Throughout my life, I have driven on the 10 Freeway to Arizona many times. Each time I have seen the signs for the Patton Museum but have never been able to stop. That changed on a recent trip I went on with Chris from the Last Adventurer, where we decided to stop in and see what the museum had to offer. Unfortunately, we arrived 20 minutes before the museum closed, so this post is not inclusive of everything you could see/learn if you had more time. Even if you just have 20 minutes though, it is still worth the stop to walk around the old tank graveyard, as they have so many epic tanks on display. Here is all the information so you can check it out.
- Cost: Suggested donation of $8
- Location: 62510 Chiriaco Rd, Indio, CA 92201
- Information from my visit in 2016 and 2021
To learn about the history, watch this video that the museum created.
Like I said above, I did not have much time to see and interact with the exhibits before the museum closed, but I will say that I was very impressed with the amount of stuff they had on display in this small museum. Here are a few of the things I saw.
There was a large map with the topography of the area and its elevations and an old army car.
There was a display of the guns used in the war.
There was even a replica of General Patton himself.
The people working at the museum were accommodating, and they talked to me about the area and its history in the short time I was there. I was itching to get outside and see the tanks before it closed though, so that is where we went next.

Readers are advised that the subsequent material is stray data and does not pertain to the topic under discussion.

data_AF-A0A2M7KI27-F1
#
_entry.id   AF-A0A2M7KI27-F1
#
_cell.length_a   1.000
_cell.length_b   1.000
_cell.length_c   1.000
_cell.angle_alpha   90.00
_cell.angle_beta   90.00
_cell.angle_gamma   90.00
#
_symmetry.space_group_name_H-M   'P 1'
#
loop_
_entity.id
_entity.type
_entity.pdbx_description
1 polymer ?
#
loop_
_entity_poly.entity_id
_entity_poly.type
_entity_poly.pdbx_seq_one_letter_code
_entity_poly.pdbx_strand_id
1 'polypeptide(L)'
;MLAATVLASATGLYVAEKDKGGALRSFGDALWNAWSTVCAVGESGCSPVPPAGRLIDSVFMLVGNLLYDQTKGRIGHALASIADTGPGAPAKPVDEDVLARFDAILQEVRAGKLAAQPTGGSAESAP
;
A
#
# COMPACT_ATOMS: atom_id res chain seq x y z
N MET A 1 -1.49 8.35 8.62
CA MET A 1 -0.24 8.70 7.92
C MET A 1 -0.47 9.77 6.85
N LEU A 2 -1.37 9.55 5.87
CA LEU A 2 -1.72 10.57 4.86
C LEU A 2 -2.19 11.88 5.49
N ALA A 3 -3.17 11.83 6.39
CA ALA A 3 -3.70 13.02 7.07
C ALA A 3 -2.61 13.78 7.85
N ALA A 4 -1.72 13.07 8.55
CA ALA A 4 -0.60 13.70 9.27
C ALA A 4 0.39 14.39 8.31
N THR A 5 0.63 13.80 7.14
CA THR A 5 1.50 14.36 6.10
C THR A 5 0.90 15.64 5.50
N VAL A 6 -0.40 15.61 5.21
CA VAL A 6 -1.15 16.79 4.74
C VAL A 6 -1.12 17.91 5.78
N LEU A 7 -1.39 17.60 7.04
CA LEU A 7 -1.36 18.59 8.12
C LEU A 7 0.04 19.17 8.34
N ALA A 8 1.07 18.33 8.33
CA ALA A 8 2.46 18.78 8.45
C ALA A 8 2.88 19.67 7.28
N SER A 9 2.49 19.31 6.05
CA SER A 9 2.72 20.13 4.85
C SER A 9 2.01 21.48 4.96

Outside of the museum was about a dozen or so tanks from the time when General Patton was a leader.
I was shocked by how many tanks there were, and how well they had been maintained for their age and for sitting in the hot desert. Here are some of the ones we saw.
There was also an old Russian tank that was used with civil disobedience; it was pink and was intense to see.
There was a military ground and sea car/boat as well, which is funny as I now associate them with the duck tours in places like Seattle.
Also, there are a few more memorials outside that you can view without paying the entrance fee to the museum, and of course, active military can visit free.
I didn’t have a lot of time here, but I did enjoy what I saw. For a museum that is so out of the way, they do a great job packing it with exhibits and keeping everything up to date. I recommend you stop by, if only for the tanks, during your next trip to Arizona. Let me know what you think in the comments.